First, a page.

A TADA Court, in a verdict of 2003 had sentenced 14 peasant activists of Jehanabad who had struggled to defend their water-chestnut pond from feudal forces, and had killed no one, to life terms for 'terrorism' under the lapsed TADA law. In 2015, the Coimbatore Sessions Court (situated in the 'Bomb Blast Court' attached to the Coimbatore jail) has indeed sought to teach India's workers that trade unions activism will be treated on par with organized crime or terrorism – and punished with draconian sentences.
In the very dawn of the working class movement in 1886, the Haymarket Eight of Chicago – agitating for an 8-hour working day – were convicted of 'conspiracy' and murder and received draconian sentences. 130 years later, working class activists are again framed and convicted for conspiracy and murder, their guilt decided even before the trial began.
The tragic death of a PRICOL HR vice-president, Roy J George, on 21 September 2009, has been the pretext to accuse the Union leaders of conspiracy and brand the whole working class movement as terrorists and killers.
In March 2016, the Kovai Maavatta Pricol Thozhilalargal Otrumai Sangam (Coimbatore District Pricol Workers' Unity Union) affiliated to AICCTU will complete ten years of its struggle – a struggle to seek the right of workers to form unions, and to make a corporation abide by labour laws. The Union had succeeded in the face of all odds in forcing the management to recognize the Union and negotiate with it.
Even after the death of Mr George and the subsequent witch-hunt and crackdown, the Pricol struggle is remarkable in that, unlike at Maruti, the Union could not be wiped out. Instead, they have won successful agreements in subsequent years as well, and the Union has grown stronger. The struggle of Pricol workers inspired their counterparts to form unions in Sriperumbudur (called the 'Detroit of Tamilnadu' by TN's rulers). Hyundai workers first dared to tread in the path of Pricol workers – inspiring a sort of contagious formation of trade unions in many factories in Sriperumbudur! Pricol workers broke the lull in the working class movement of Tamilnadu.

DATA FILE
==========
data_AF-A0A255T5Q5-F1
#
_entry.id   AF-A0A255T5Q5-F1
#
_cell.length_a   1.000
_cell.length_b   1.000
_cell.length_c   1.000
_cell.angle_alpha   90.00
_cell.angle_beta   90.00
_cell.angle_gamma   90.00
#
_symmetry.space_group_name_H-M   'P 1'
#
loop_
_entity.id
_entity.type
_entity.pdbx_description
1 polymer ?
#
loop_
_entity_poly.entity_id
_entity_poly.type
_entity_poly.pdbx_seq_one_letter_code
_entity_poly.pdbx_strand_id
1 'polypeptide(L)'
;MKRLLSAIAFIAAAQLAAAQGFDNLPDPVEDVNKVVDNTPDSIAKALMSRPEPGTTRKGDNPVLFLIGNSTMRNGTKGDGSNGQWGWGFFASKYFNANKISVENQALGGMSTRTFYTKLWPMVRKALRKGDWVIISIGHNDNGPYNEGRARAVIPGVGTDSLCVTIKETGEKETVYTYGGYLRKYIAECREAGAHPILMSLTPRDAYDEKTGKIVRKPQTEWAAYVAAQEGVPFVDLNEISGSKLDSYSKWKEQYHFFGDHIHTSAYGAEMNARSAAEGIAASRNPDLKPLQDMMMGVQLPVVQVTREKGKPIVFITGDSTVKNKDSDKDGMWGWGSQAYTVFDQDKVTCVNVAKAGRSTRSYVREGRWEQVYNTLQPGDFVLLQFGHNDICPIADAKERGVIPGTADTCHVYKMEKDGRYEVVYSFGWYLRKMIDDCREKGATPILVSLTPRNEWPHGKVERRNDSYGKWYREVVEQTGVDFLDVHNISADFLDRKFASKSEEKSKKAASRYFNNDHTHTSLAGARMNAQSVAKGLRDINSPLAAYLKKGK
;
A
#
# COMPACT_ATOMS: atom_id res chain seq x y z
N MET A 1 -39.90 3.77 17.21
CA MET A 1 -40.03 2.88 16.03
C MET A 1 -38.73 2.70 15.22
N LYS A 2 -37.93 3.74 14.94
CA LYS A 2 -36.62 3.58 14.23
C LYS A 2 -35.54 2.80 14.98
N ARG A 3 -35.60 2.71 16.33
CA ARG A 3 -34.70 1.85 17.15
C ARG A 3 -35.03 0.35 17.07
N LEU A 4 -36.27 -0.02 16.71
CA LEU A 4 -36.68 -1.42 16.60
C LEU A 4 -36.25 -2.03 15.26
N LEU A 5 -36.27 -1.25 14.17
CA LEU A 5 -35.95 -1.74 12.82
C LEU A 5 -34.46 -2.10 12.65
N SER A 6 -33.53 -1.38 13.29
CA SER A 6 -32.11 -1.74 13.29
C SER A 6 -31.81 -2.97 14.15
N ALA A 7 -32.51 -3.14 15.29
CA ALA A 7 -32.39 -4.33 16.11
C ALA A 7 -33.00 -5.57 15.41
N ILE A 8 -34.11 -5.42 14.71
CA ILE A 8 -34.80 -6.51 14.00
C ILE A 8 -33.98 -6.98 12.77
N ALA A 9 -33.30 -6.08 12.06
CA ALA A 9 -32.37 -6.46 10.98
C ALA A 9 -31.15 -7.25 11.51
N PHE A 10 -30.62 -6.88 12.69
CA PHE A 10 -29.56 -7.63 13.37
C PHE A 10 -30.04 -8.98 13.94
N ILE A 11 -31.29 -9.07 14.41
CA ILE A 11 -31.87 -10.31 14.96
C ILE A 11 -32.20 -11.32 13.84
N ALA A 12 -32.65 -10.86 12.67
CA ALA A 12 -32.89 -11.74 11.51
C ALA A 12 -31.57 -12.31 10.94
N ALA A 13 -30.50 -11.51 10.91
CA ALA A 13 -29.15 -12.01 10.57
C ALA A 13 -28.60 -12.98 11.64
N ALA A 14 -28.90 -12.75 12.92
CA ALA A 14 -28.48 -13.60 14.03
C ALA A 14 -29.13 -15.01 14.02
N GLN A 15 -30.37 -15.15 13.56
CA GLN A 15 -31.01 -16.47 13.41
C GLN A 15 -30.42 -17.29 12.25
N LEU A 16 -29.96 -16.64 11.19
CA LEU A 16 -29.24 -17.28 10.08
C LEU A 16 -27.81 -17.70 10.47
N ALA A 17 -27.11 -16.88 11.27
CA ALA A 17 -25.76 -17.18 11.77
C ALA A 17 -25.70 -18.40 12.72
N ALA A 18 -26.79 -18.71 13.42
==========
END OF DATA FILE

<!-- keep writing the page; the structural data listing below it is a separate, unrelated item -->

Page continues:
It is the Union's very success that has marked it out for special punishment – the example of Pricol workers had inspired other workers in Tamil Nadu's and India's automobile sector to unionise and struggle, and the corporates hope that the verdict will now serve to demoralize workers and establish Pricol as a warning rather than an inspiration.
This verdict will have far-reaching implications for the working class movement – and first and foremost for the Maruti workers, who are waiting for the verdict in a similar case, in which a large number of workers have been falsely implicated in the death of an HR Manager.
The Pricol workers, in an act of remarkable courage and solidarity, remembered the woes of others in their own time of great trouble. They need to support the families of the convicted and jailed colleagues and comrades – but first, they spared a thought for others. On their first salary day after the verdict, they collected Rs 5 lakh for the flood-affected of Tamil Nadu and Puducherry. The Pricol workers have also earlier collected funds to help the families of jailed workers in the Maruti's Manesar factory.